The Group B Strep (GBS) infection may reside in a person’s body without causing any damage, or it could develop into a serious infection that poses a life risk. Some estimates say that one-quarter of pregnant women have GBS and it sometimes gets passed on to their babies. However, in many instances, it causes no harm to the pregnant woman, and the chance of babies developing this infection is as low as one in two thousand. GBS may have consequences that are more serious for older adults and anyone who suffers from a weak immune system, for example, diabetics.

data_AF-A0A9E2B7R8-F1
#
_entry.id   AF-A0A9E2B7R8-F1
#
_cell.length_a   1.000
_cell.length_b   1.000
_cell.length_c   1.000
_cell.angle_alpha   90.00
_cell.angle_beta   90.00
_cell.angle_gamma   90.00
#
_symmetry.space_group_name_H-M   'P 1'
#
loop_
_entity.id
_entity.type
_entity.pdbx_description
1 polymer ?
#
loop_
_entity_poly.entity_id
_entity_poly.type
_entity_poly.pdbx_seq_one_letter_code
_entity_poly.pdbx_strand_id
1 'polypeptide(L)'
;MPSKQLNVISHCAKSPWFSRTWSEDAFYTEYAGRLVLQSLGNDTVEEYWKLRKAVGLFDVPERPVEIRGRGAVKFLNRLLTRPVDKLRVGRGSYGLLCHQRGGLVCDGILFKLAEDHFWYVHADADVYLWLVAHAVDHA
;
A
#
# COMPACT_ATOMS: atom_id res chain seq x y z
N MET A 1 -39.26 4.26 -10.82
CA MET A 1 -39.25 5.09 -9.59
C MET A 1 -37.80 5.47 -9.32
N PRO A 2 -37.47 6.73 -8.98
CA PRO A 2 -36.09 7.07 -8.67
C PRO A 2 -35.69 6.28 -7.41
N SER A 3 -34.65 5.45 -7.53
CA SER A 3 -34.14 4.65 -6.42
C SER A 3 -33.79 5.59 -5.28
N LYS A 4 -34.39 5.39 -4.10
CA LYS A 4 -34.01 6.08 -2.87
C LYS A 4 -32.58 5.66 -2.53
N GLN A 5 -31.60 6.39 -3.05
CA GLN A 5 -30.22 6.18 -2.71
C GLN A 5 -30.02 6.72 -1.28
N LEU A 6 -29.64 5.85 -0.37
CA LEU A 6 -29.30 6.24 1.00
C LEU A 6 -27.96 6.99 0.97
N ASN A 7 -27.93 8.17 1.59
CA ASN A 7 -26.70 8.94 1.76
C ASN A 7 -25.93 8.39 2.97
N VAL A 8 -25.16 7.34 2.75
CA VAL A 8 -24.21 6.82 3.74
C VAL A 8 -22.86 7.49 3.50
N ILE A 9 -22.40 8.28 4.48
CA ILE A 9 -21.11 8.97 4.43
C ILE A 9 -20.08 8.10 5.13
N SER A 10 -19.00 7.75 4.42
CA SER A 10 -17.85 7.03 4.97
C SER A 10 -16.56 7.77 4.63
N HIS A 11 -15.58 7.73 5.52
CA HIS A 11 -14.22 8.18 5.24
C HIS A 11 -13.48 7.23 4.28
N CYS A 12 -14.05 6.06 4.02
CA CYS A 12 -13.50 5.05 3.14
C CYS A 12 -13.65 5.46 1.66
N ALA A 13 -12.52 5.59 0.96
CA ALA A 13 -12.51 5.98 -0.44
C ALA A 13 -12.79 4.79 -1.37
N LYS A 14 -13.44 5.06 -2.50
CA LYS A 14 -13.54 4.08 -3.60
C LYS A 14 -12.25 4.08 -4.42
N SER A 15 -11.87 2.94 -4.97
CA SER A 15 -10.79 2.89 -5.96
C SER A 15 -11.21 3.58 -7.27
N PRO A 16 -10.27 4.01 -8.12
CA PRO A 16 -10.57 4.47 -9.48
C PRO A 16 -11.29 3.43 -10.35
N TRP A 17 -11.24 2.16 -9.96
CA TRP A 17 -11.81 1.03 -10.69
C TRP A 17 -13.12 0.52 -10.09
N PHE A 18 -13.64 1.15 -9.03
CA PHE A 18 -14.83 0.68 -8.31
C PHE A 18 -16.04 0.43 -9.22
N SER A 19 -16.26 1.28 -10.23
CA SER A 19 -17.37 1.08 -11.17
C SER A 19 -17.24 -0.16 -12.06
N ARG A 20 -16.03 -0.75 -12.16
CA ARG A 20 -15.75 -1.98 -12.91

GBS infections might cause skin ulcers to appear, but the chances that this will happen to a healthy adult are very low. When someone is in good health, their immune system protects them against the spread of infection. Diabetics and older people who suffer from poor blood circulation lack strong immune systems, so they face a little higher risk of ulcers. In addition to skin ulcers, the infection might cause pressure sores to appear. Bed-ridden patients are more likely to suffer from such sores because they must remain stationary for long periods with their bodies pressed against the mattress.
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